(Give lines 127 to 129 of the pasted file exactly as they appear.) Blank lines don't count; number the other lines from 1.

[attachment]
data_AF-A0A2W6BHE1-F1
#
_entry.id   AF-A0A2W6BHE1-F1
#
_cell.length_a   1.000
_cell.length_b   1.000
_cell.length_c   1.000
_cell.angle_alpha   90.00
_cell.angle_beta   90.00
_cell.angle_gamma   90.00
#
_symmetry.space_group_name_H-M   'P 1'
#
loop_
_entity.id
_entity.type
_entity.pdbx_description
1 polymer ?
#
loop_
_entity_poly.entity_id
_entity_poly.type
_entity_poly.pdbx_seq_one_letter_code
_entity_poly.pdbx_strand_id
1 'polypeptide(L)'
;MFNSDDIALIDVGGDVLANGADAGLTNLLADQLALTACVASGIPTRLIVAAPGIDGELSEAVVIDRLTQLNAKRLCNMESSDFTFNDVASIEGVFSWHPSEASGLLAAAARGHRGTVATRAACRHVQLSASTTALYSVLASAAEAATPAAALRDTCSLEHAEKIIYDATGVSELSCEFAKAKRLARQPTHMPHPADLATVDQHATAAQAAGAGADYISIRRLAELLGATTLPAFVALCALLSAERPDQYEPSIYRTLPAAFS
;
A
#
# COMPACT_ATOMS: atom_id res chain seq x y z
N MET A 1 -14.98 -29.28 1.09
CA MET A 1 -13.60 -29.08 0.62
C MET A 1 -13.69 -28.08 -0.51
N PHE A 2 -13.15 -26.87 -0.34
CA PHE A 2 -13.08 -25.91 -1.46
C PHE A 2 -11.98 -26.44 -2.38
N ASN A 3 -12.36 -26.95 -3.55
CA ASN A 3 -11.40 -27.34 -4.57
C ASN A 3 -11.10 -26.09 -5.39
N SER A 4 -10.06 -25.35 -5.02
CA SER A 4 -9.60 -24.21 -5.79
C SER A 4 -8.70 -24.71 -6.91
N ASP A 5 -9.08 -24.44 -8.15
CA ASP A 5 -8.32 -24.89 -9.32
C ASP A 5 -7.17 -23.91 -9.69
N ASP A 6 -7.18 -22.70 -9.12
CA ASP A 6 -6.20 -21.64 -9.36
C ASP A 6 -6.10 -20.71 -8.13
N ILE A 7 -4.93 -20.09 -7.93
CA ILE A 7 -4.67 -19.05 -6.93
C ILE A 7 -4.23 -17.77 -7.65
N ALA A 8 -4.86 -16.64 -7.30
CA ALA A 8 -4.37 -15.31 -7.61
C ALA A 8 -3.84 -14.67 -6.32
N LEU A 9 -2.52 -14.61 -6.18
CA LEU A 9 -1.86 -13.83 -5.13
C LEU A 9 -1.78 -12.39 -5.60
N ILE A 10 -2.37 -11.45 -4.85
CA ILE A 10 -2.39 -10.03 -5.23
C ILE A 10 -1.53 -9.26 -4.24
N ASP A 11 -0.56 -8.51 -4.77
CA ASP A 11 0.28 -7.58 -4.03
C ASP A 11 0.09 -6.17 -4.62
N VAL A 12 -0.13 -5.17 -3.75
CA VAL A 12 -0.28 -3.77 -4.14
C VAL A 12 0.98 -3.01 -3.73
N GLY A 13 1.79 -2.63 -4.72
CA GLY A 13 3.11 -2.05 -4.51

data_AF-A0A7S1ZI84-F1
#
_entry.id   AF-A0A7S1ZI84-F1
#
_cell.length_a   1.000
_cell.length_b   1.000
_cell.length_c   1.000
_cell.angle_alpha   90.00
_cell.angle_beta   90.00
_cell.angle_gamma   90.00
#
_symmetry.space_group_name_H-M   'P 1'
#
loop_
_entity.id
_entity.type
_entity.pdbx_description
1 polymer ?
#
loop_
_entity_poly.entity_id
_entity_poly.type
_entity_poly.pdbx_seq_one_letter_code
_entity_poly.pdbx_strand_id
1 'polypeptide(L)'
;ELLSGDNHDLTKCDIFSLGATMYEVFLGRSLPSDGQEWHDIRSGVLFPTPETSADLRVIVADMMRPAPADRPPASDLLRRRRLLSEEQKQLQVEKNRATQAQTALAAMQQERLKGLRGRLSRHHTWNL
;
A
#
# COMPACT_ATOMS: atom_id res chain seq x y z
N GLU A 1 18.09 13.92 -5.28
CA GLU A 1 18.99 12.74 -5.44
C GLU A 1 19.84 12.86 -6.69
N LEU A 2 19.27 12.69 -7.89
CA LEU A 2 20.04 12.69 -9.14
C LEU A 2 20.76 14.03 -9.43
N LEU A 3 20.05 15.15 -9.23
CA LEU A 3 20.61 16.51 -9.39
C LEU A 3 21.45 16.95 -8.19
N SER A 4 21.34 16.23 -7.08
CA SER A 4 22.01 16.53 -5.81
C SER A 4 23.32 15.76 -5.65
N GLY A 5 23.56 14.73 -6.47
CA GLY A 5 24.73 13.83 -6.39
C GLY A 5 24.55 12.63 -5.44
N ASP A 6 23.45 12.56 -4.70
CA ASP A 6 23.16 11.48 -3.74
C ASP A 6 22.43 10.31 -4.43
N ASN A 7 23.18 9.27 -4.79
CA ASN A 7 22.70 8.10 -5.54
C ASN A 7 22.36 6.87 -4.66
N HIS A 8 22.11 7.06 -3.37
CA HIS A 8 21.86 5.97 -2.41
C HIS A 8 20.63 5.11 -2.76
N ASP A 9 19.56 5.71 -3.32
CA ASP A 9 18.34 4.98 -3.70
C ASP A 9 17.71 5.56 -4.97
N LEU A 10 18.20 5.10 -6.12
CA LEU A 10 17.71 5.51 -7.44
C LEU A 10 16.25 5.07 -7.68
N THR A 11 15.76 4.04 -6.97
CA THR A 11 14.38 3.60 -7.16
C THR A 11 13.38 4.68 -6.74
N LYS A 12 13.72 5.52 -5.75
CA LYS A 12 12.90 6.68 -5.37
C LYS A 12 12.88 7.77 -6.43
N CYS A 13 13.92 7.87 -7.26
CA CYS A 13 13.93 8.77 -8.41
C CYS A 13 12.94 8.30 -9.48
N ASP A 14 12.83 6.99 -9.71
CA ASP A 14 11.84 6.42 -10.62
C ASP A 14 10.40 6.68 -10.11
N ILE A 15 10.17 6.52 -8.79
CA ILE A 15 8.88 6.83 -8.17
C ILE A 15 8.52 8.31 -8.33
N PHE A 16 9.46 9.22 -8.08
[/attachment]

CA LEU A 10 17.71 5.51 -7.44
C LEU A 10 16.25 5.07 -7.68
N THR A 11 15.76 4.04 -6.97